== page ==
necessary.” Order Resulting From Status Conference at
1, filed February 2, 2018 (Doc. 44)(“Status Conference
Order”). Specifically, Judge Gonzales requested that
Chief Magistrate Judge Molzen examine “additional
materials discovered by the Government” in
Cleveland's first case. Status Conference Order at 2.
Chief Magistrate Judge Molzen reviewed those documents and
concluded that “[n]one of the submitted e-mail
documents reflect active participation by Judge
Gonzales” in the first United States v.
Cleveland case. Second PFRD at 1. Chief Magistrate Judge
Molzen noted, however, that Judge Gonzales sent a
congratulatory email to Assistant United States Attorney
Novaline Wilson -- who prosecuted Cleveland's first case
-- in response to a press release saying that Cleveland had
pled guilty in that case. See Second PFRD at 2.
Judge Gonzales' congratulatory email stated only
“‘Nice job, Nova!'” Second PFRD at 2
(quoting Email from Kenneth Gonzales to Novaline Wilson at 1
(dated July 18, 2013), filed February 2, 2018 (Doc. 45-1)).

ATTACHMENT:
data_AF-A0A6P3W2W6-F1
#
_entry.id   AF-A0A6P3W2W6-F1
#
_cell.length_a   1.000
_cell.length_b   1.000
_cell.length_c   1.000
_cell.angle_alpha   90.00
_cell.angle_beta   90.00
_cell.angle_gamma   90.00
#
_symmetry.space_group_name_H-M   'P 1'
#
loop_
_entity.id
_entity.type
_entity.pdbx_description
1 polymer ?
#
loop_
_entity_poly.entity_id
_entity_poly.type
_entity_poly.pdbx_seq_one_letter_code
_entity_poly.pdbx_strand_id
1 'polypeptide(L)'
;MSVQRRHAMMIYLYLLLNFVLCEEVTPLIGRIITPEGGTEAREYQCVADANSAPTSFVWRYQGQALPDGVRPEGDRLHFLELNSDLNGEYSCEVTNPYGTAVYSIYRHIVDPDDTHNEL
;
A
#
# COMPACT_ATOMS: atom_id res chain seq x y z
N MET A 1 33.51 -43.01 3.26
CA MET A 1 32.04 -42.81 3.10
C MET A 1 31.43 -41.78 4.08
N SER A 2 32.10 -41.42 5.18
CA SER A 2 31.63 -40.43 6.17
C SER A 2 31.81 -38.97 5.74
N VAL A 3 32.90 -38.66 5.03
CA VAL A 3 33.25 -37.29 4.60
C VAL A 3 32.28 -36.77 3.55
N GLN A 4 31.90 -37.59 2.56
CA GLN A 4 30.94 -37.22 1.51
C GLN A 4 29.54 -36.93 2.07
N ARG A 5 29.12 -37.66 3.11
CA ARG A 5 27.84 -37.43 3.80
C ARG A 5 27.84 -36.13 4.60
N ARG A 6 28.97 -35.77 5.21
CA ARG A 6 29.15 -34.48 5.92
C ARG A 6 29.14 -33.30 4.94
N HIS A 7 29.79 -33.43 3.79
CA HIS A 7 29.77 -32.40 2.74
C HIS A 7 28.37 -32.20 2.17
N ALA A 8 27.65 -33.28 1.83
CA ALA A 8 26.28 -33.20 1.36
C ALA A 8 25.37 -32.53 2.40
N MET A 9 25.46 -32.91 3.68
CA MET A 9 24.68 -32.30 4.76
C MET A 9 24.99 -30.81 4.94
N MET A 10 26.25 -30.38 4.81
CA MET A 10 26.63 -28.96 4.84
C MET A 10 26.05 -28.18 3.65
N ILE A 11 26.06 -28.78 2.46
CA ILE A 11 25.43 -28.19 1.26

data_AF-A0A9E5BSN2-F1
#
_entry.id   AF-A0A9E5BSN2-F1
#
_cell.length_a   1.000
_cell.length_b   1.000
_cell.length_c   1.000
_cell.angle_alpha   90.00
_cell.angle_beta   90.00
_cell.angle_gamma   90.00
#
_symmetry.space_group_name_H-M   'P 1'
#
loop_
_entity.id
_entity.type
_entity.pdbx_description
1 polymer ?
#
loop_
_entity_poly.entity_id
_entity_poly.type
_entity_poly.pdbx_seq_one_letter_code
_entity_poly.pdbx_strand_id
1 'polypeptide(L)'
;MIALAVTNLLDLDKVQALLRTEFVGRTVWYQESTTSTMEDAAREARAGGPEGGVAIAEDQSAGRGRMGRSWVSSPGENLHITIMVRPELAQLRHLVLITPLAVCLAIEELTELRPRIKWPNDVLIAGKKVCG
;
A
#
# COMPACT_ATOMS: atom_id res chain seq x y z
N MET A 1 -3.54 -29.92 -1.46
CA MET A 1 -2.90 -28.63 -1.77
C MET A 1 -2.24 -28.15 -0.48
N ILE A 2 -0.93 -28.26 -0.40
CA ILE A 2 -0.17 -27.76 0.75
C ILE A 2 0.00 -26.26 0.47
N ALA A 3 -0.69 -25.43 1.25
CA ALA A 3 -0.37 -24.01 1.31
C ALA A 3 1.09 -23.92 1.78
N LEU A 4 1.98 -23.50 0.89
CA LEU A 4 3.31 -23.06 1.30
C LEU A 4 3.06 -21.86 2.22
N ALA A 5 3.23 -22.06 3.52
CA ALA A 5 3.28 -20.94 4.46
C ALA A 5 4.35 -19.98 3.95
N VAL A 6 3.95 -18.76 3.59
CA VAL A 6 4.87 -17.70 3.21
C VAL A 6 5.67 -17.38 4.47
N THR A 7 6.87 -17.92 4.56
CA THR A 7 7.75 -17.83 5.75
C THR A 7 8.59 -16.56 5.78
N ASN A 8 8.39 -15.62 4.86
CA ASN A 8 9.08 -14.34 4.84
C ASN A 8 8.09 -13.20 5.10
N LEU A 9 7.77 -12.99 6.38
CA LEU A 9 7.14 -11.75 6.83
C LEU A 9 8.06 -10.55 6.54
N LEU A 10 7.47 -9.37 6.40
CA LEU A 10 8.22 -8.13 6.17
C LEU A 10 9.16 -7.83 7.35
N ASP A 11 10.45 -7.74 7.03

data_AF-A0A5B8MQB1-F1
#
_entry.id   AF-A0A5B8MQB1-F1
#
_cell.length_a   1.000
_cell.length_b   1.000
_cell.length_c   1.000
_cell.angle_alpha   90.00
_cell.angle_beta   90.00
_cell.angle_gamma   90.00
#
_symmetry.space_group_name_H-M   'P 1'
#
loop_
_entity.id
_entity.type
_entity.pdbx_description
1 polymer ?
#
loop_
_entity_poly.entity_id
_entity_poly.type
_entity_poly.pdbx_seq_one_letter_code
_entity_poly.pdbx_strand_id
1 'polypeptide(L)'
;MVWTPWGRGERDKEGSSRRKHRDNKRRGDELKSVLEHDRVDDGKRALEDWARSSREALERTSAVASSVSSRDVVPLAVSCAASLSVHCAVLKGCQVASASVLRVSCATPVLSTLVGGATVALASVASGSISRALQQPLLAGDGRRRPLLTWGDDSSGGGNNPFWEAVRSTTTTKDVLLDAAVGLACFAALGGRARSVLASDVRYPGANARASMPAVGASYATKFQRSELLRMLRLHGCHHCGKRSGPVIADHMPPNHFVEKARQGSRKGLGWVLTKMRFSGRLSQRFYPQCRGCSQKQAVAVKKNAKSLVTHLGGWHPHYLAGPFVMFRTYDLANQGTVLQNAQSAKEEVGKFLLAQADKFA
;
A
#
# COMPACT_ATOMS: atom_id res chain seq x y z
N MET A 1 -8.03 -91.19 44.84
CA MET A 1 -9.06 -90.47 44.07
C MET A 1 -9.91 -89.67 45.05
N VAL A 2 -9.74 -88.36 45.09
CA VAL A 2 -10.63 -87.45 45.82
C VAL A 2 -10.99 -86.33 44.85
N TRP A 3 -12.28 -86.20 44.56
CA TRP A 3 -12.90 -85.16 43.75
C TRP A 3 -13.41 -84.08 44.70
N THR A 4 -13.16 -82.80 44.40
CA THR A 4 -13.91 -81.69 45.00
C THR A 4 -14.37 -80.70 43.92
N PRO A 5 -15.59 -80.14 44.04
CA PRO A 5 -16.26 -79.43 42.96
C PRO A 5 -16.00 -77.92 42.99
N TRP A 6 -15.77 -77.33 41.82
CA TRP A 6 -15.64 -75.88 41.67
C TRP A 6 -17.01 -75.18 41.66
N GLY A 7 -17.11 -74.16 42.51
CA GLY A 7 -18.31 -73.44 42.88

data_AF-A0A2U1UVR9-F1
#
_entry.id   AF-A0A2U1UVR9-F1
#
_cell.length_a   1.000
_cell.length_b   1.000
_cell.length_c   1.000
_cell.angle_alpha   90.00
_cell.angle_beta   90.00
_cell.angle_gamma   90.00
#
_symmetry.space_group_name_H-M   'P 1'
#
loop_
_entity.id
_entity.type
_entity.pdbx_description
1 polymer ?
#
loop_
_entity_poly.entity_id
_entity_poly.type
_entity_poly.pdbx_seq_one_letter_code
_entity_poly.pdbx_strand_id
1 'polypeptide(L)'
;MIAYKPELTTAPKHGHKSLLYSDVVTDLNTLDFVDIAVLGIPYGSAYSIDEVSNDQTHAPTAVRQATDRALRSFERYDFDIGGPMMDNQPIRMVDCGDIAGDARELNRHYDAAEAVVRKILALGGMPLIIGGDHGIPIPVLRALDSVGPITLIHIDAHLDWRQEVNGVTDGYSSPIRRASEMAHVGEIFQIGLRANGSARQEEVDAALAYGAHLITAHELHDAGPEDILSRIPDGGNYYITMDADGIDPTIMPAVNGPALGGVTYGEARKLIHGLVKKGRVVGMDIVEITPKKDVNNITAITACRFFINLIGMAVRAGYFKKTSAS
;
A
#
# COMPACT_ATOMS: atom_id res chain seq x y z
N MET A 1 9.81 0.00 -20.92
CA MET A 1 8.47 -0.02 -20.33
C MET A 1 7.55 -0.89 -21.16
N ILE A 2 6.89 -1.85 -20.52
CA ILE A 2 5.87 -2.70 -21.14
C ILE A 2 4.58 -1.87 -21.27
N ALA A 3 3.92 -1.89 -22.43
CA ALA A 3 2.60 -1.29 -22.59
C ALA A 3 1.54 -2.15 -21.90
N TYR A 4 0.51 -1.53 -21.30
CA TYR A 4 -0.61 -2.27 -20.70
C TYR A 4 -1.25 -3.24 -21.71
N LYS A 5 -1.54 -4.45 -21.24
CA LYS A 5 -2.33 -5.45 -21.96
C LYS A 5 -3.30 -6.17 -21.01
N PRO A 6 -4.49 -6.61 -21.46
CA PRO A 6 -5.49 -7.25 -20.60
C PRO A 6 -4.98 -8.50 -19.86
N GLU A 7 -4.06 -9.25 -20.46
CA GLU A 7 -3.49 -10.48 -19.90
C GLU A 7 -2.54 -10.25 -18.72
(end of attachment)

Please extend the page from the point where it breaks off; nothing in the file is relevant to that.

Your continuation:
Chief Magistrate Judge Molzen implied that this email might
raise an “appearance of impartiality” question,
but noted that, because an appearance of impartiality
analysis under 28 U.S.C. § 455(a) “requires
consideration of all relevant information and would extend
beyond the documents that I have reviewed in camera,
a further recommendation seems outside the scope of the order
of referral.” Second PFRD at 2. Consequently, Chief
Magistrate Judge Molzen did not make a recommendation.
See Second PFRD at 2. On March 5, 2018, this case
was reassigned to the Court.
important feature of the judicial system is that judges are
fair and impartial arbiters of the disputes before them. 28
U.S.C. § 455(a) states: “Any justice, judge, or
magistrate judge of the United States shall disqualify
himself in any proceeding in which his impartiality might
reasonably be questioned.” Certain listed circumstances
also require a judge to recuse himself:
(1) Where he has a personal bias or prejudice concerning a
party, or personal knowledge of disputed evidentiary facts